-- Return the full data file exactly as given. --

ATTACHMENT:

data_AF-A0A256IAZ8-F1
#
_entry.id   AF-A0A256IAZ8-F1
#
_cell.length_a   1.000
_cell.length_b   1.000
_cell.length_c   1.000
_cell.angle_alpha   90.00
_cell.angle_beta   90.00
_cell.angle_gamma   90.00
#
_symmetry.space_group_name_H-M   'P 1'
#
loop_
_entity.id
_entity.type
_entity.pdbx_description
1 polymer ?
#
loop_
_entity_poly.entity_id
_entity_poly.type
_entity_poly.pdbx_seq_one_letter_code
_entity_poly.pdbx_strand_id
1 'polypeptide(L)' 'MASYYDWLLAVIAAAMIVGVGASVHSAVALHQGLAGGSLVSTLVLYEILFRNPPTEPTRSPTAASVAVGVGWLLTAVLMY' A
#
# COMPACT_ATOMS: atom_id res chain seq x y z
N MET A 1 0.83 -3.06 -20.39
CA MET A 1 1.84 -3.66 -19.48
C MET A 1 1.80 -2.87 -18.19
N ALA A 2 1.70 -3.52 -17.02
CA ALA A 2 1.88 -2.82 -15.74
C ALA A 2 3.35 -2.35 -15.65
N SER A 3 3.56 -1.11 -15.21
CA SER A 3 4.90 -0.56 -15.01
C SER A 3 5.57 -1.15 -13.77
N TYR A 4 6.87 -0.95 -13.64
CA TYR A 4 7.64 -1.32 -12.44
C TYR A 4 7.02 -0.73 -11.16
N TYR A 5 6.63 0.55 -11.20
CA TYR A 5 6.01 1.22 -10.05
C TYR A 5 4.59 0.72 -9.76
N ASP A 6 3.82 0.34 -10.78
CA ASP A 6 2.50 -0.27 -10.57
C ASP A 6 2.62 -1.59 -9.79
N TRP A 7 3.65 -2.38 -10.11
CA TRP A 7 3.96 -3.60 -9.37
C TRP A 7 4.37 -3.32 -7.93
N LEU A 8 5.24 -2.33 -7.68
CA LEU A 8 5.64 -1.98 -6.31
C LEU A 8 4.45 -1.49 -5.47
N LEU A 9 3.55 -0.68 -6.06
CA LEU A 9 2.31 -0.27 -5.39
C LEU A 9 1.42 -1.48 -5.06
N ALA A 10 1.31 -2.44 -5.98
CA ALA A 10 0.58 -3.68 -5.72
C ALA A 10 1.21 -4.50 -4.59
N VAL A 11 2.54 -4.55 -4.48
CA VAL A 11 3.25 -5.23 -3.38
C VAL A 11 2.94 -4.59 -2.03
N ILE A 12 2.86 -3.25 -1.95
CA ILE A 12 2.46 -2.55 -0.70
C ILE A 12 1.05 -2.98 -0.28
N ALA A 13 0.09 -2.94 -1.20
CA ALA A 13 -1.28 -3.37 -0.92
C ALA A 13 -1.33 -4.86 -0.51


data_AF-A0A256IAZ8-F1
#
_entry.id   AF-A0A256IAZ8-F1
#
_cell.length_a   1.000
_cell.length_b   1.000
_cell.length_c   1.000
_cell.angle_alpha   90.00
_cell.angle_beta   90.00
_cell.angle_gamma   90.00
#
_symmetry.space_group_name_H-M   'P 1'
#
loop_
_entity.id
_entity.type
_entity.pdbx_description
1 polymer ?
#
loop_
_entity_poly.entity_id
_entity_poly.type
_entity_poly.pdbx_seq_one_letter_code
_entity_poly.pdbx_strand_id
1 'polypeptide(L)' 'MASYYDWLLAVIAAAMIVGVGASVHSAVALHQGLAGGSLVSTLVLYEILFRNPPTEPTRSPTAASVAVGVGWLLTAVLMY' A
#
# COMPACT_ATOMS: atom_id res chain seq x y z
N MET A 1 0.83 -3.06 -20.39
CA MET A 1 1.84 -3.66 -19.48
C MET A 1 1.80 -2.87 -18.19
N ALA A 2 1.70 -3.52 -17.02
CA ALA A 2 1.88 -2.82 -15.74
C ALA A 2 3.35 -2.35 -15.65
N SER A 3 3.56 -1.11 -15.21
CA SER A 3 4.90 -0.56 -15.01
C SER A 3 5.57 -1.15 -13.77
N TYR A 4 6.87 -0.95 -13.64
CA TYR A 4 7.64 -1.32 -12.44
C TYR A 4 7.02 -0.73 -11.16
N TYR A 5 6.63 0.55 -11.20
CA TYR A 5 6.01 1.22 -10.05
C TYR A 5 4.59 0.72 -9.76
N ASP A 6 3.82 0.34 -10.78
CA ASP A 6 2.50 -0.27 -10.57
C ASP A 6 2.62 -1.59 -9.79
N TRP A 7 3.65 -2.38 -10.11
CA TRP A 7 3.96 -3.60 -9.37
C TRP A 7 4.37 -3.32 -7.93
N LEU A 8 5.24 -2.33 -7.68
CA LEU A 8 5.64 -1.98 -6.31
C LEU A 8 4.45 -1.49 -5.47
N LEU A 9 3.55 -0.68 -6.06
CA LEU A 9 2.31 -0.27 -5.39
C LEU A 9 1.42 -1.48 -5.06
N ALA A 10 1.31 -2.44 -5.98
CA ALA A 10 0.58 -3.68 -5.72
C ALA A 10 1.21 -4.50 -4.59
N VAL A 11 2.54 -4.55 -4.48
CA VAL A 11 3.25 -5.23 -3.38
C VAL A 11 2.94 -4.59 -2.03
N ILE A 12 2.86 -3.25 -1.95
CA ILE A 12 2.46 -2.55 -0.70
C ILE A 12 1.05 -2.98 -0.28
N ALA A 13 0.09 -2.94 -1.20
CA ALA A 13 -1.28 -3.37 -0.92
C ALA A 13 -1.33 -4.86 -0.51